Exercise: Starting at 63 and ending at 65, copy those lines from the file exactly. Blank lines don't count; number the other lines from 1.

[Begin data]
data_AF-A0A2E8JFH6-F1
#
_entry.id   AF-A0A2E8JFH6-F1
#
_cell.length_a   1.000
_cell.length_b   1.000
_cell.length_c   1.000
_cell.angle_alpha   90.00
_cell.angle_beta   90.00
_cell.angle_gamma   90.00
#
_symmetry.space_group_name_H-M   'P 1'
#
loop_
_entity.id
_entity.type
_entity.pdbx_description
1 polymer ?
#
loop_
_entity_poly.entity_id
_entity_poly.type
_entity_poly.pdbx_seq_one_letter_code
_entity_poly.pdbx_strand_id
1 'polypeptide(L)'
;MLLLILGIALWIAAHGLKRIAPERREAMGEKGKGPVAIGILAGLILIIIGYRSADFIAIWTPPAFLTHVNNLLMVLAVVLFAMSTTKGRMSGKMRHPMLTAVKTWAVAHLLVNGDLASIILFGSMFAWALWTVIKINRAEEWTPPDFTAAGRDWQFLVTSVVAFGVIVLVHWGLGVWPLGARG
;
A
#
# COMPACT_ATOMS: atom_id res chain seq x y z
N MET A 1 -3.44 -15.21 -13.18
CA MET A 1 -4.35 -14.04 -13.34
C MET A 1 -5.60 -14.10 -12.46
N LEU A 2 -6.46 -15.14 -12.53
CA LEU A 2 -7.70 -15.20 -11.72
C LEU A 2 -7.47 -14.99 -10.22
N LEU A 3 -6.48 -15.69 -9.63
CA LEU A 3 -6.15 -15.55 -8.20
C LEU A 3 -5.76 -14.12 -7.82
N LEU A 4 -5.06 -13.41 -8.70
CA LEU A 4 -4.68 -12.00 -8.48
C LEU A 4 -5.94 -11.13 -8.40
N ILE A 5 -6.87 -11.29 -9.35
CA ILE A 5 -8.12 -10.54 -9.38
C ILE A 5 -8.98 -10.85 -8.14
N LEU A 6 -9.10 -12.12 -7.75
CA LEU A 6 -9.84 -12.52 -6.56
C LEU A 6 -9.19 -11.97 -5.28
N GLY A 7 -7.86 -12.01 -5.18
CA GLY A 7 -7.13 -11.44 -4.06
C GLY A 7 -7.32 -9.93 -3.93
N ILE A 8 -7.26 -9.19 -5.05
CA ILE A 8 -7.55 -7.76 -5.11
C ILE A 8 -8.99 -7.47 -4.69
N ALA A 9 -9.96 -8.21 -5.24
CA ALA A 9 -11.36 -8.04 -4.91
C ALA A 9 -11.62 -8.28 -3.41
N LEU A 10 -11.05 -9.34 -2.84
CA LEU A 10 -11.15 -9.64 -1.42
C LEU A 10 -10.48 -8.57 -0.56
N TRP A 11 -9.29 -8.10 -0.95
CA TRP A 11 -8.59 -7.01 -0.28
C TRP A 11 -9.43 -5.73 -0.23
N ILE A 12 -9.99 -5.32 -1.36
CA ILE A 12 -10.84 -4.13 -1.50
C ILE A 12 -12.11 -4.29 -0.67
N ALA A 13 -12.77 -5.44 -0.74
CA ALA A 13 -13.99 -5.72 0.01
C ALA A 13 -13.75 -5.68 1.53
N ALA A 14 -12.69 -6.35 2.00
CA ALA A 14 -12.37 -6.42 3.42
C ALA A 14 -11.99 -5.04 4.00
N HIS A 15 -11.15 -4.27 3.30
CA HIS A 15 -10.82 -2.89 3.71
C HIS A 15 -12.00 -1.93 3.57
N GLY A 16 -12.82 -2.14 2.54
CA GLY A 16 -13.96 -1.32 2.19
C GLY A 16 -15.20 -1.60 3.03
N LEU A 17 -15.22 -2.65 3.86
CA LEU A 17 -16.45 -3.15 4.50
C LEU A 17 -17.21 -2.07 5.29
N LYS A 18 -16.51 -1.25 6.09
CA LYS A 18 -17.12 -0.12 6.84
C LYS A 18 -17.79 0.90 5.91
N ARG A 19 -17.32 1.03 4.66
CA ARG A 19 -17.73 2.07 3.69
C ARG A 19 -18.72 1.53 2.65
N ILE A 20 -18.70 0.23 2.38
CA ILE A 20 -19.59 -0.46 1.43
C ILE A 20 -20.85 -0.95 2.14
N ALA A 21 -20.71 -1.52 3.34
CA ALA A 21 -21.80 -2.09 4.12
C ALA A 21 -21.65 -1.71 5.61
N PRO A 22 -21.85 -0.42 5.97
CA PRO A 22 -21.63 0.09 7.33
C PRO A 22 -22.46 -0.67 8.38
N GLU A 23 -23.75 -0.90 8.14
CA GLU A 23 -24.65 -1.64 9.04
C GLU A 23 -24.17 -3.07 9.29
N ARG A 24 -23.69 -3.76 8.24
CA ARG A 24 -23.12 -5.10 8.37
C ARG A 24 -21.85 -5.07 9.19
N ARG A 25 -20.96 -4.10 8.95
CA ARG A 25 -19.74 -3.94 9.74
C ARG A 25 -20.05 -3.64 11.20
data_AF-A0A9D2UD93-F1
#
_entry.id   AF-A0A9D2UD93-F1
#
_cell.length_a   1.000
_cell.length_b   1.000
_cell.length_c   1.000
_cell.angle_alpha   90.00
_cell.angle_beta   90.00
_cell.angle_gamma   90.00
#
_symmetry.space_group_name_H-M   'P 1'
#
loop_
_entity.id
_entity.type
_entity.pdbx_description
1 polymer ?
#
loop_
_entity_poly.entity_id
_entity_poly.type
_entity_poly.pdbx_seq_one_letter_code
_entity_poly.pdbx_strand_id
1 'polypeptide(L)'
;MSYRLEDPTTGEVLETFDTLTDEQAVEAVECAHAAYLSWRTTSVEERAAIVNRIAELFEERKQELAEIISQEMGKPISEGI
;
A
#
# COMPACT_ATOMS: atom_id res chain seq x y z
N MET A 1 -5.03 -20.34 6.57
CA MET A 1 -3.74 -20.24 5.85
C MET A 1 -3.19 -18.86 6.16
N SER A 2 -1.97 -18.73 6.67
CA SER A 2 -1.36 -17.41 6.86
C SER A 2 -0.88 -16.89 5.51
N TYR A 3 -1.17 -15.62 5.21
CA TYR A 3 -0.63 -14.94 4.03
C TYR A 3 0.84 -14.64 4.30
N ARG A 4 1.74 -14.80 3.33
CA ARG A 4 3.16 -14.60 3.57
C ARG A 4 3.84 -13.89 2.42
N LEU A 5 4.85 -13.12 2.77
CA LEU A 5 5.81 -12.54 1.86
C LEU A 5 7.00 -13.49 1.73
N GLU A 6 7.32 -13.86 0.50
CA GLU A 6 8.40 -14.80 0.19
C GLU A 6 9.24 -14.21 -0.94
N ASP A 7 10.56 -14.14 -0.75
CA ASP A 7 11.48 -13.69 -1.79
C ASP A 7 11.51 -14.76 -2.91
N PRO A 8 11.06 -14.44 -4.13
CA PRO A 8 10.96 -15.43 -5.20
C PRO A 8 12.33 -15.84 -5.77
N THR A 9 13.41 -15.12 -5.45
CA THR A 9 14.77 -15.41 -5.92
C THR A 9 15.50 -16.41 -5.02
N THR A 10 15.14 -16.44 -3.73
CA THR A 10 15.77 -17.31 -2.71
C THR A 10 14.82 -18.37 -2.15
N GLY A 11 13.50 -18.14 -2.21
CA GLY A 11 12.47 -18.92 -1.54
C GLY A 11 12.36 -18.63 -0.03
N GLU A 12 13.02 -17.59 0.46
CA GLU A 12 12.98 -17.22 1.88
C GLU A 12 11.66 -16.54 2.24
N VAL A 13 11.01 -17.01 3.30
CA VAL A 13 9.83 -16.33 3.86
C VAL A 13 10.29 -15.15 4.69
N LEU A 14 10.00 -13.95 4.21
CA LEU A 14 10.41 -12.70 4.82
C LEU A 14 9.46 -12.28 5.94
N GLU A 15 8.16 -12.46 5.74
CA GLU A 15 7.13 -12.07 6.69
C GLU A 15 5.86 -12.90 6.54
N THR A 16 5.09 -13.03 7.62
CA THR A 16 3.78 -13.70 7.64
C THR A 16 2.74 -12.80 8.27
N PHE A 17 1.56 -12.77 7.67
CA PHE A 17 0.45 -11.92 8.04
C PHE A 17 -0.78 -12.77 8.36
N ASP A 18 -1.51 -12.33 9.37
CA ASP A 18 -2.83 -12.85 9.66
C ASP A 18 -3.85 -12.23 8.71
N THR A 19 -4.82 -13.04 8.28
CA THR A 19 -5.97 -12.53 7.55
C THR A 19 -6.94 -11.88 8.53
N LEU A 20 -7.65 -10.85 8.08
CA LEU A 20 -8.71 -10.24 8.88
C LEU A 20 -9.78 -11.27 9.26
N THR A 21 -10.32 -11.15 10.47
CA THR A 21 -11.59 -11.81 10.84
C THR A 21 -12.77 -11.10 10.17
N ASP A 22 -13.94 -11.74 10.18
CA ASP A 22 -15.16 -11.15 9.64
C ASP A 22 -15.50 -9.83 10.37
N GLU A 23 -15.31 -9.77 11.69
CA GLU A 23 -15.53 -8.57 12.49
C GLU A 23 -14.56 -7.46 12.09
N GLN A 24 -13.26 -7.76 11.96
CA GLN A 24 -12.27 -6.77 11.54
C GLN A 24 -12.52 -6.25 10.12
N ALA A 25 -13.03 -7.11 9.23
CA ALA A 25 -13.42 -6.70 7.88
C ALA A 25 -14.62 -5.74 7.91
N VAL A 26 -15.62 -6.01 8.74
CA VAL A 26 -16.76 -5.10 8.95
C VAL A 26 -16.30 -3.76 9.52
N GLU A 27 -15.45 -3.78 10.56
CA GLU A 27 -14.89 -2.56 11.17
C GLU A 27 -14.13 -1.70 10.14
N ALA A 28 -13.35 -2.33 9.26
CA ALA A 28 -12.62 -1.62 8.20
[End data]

C TRP A 11 -9.43 -5.73 -0.23
N ILE A 12 -9.99 -5.32 -1.36
CA ILE A 12 -10.84 -4.13 -1.50